The following is an excerpt from the Vision and The Vow by Peter Grieg (an incredible book that everyone should buy!!) This portion is about the grace of God. If you only ever read one thing on this blog make sure you read the following.
To set this up you need to know two things.
First Judas Iscariot was about as bad as they get, and also the only one of the twelve never to call Jesus Lord. He called him rabbi but never Lord.
The Second thing you need to think about are these three questions that are asked:
- What if, having betrayed Jesus to death, Judas had somehow managed to wrestle his demons a few more hours?
- What if Judas had not hanged himself that day from that tree?
- What if Judas had just help on, in living hell, for three more days on earth?
“What if he (Judas) had waited a weekend? That’s all that would have been needed. I love to imagine Jesus on Easter morning deliberately seeking out the disciple more lost than any other. Perhaps now, at last, he might be found! When Judas first sees Jesus, I imagine him wondering how this tumult of madness could now be conjuring up the rabbi in his tortured mind. Slowly Jesus approaches, but Judas is frozen in disbelief. Closer. Closer. Jesus is unbearable close – so close now that Judas can feel His breath of his cheek. And then it happens: Jesus greats Judas. With a kiss.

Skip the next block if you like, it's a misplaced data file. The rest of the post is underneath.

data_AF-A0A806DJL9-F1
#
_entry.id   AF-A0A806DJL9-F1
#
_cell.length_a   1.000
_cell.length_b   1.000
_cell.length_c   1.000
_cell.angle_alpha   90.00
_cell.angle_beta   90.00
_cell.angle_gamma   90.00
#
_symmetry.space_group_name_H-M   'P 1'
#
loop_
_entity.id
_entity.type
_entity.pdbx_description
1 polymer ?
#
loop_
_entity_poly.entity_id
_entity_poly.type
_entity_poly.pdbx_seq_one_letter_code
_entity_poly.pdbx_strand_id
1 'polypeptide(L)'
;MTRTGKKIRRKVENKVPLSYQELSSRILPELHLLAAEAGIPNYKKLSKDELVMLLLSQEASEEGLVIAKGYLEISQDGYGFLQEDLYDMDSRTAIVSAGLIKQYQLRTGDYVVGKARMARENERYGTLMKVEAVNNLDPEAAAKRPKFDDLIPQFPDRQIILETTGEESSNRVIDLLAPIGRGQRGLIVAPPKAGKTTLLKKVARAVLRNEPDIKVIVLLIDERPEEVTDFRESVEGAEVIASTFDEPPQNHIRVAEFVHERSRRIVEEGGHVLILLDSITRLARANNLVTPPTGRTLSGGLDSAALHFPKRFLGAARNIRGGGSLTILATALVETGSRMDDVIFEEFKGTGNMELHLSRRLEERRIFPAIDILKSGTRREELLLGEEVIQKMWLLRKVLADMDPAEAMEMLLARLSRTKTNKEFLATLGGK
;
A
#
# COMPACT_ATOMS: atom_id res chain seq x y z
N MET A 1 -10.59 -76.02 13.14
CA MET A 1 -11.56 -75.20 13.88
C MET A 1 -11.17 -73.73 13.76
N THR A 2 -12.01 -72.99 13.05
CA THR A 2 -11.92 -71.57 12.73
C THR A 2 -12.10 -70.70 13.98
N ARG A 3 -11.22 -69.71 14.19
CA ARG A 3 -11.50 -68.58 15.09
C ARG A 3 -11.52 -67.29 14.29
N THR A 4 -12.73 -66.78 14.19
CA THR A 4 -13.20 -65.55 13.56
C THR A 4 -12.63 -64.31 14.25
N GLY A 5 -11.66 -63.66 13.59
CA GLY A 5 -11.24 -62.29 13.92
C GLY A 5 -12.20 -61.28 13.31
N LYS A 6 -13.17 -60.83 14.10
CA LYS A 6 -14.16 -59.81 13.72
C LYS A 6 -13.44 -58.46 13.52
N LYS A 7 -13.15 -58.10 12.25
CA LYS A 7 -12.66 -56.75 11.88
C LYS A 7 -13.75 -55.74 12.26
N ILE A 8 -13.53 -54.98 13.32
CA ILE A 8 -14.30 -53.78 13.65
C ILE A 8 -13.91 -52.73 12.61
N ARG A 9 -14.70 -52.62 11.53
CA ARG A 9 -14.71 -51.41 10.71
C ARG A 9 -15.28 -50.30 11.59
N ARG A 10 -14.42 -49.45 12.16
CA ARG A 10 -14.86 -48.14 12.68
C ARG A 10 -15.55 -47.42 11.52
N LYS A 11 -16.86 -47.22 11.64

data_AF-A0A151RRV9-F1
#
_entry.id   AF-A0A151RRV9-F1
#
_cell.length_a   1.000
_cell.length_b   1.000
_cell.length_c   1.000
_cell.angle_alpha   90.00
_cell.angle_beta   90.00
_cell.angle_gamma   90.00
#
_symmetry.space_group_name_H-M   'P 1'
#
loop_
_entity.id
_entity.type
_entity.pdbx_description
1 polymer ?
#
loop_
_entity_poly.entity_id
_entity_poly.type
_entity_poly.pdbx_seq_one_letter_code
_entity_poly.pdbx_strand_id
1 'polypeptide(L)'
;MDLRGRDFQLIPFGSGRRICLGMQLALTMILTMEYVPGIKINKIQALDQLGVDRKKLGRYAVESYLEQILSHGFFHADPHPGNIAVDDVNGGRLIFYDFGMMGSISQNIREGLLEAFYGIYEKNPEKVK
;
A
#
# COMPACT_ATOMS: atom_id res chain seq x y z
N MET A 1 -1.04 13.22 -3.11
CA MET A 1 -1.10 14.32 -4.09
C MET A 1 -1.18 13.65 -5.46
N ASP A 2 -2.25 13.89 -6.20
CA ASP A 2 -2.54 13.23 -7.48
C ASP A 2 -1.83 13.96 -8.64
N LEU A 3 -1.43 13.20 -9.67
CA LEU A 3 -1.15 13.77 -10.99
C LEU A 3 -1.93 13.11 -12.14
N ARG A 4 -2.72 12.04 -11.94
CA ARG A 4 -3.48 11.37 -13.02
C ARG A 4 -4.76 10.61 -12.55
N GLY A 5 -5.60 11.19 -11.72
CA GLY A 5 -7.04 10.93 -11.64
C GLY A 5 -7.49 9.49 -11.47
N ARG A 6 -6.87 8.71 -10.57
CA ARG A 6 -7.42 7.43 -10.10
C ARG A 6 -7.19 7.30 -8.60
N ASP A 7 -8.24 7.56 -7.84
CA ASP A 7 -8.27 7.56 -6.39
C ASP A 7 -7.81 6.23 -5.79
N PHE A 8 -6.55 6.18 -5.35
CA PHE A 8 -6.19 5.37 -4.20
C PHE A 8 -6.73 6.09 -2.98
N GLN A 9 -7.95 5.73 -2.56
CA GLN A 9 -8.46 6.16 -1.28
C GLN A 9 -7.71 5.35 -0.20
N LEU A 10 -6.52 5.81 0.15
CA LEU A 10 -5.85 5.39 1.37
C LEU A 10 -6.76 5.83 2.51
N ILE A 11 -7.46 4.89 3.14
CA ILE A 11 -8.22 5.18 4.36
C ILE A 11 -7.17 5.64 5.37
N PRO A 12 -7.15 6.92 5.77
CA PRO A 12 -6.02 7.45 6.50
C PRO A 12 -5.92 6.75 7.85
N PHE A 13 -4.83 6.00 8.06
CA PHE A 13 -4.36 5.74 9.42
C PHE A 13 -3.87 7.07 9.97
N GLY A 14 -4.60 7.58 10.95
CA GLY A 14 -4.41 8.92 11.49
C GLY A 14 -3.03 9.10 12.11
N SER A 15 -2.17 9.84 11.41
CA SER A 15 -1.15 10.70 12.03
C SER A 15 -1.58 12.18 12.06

He is carrying three questions for Peter. He has scars to show Thomas. But first a kiss for Judas. And some time within those moments, I imagine two words- just two- being exchanged very quietly between the men. Jesus looks deeply into the unblinking eyes of His betrayer, who is too dumbstruck even to avert his gaze in shame. And then he utters a single syllable, upon which eternity will surely swing. Jesus whispers: “friend.” Do you hear the echo? It was another day, another kiss, perhaps another Judas, too. But in the garden that night, Jesus had greeted his betrayer in just the same way. “Friend,” He had said, “do what you came for.” And Judas had done it, and he had not been able to undo it. And Jesus had been to hell and back as a result. And for the twelfth of His disciples: “Friend.” He, too, had done what he came for. The sound of that word somehow echoes to reach Judas, lost as he is in another eternity. He hears the greeting. He feels the breath. Life to Dust. Ashes to ember. A kiss for a curse. As if slowly waking from a nightmare, Judas Iscariot replies to his victim, the victor, with a single word, surely more meaningful than we can ever know: “Lord.” It’s a whisper, barely audible. And yet the sound of that word resounds like a gunshot around the halls of heaven. “Lord.” The angels gasp in recognition: “Not rabbi – Lord! Even Judas, even Judas.” They say. And then perhaps Judas, in those awkward, awestruck moments, moves to reciprocate the kiss, as one should. Should he? Could he? Would Jesus allow it once again? And his lips touch the cheek, it is as though a pin pierces his stupor – his body just crumples upon Christ’s, shuddering with the greatest sobs of redemption history. Somehow the irreversible sin has become the very door of salvation – even for him, the twelfth, the last, the least, the thief, the greatest traitor of them all. With those tears the angelic realm erupts in praise. “Rejoice with me,” cries the Spirit, His voice echoing through heaven, “for I have found my lost sheep!” and there is always “more rejoicing in heaven over one sinner who repents than over ninety-nine righteous persons who don not need to repent” (Luke 15:6) Praises ring to the Lamb that was slain for the sins of the world- even this, the greatest sin of them all. Truly He loves His enemy and does good to His persecutor. He is the Alpha and Omega who takes the twelfth brother and makes him first, lifting his name as the ultimate example of grace – insurmountable and eternal proof of the power of love to conquer sin.” (Grieg, Peter. The Vision and the Vow pg. 48-50)